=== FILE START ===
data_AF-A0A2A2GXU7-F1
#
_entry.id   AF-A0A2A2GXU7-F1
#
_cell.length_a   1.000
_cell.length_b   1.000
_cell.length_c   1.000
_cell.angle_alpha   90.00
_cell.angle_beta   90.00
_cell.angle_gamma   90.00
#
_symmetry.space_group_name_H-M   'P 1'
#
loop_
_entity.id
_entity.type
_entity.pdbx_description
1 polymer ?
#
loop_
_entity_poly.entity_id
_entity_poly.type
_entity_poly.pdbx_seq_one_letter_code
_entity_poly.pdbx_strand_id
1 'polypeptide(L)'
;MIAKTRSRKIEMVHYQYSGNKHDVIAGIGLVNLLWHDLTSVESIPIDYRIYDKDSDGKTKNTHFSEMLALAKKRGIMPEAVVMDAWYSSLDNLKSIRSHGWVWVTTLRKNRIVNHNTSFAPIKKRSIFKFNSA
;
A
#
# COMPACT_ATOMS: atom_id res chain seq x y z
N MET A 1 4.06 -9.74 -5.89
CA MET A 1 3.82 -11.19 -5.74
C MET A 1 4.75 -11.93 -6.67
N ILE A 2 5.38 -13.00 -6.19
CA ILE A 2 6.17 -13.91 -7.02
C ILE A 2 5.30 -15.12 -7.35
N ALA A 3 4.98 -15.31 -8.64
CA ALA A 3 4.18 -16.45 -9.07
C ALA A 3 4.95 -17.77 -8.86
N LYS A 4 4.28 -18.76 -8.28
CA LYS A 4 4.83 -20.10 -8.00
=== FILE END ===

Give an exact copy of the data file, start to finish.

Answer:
data_AF-A0A2A2GXU7-F1
#
_entry.id   AF-A0A2A2GXU7-F1
#
_cell.length_a   1.000
_cell.length_b   1.000
_cell.length_c   1.000
_cell.angle_alpha   90.00
_cell.angle_beta   90.00
_cell.angle_gamma   90.00
#
_symmetry.space_group_name_H-M   'P 1'
#
loop_
_entity.id
_entity.type
_entity.pdbx_description
1 polymer ?
#
loop_
_entity_poly.entity_id
_entity_poly.type
_entity_poly.pdbx_seq_one_letter_code
_entity_poly.pdbx_strand_id
1 'polypeptide(L)'
;MIAKTRSRKIEMVHYQYSGNKHDVIAGIGLVNLLWHDLTSVESIPIDYRIYDKDSDGKTKNTHFSEMLALAKKRGIMPEAVVMDAWYSSLDNLKSIRSHGWVWVTTLRKNRIVNHNTSFAPIKKRSIFKFNSA
;
A
#
# COMPACT_ATOMS: atom_id res chain seq x y z
N MET A 1 4.06 -9.74 -5.89
CA MET A 1 3.82 -11.19 -5.74
C MET A 1 4.75 -11.93 -6.67
N ILE A 2 5.38 -13.00 -6.19
CA ILE A 2 6.17 -13.91 -7.02
C ILE A 2 5.30 -15.12 -7.35
N ALA A 3 4.98 -15.31 -8.64
CA ALA A 3 4.18 -16.45 -9.07
C ALA A 3 4.95 -17.77 -8.86
N LYS A 4 4.28 -18.76 -8.28
CA LYS A 4 4.83 -20.10 -8.00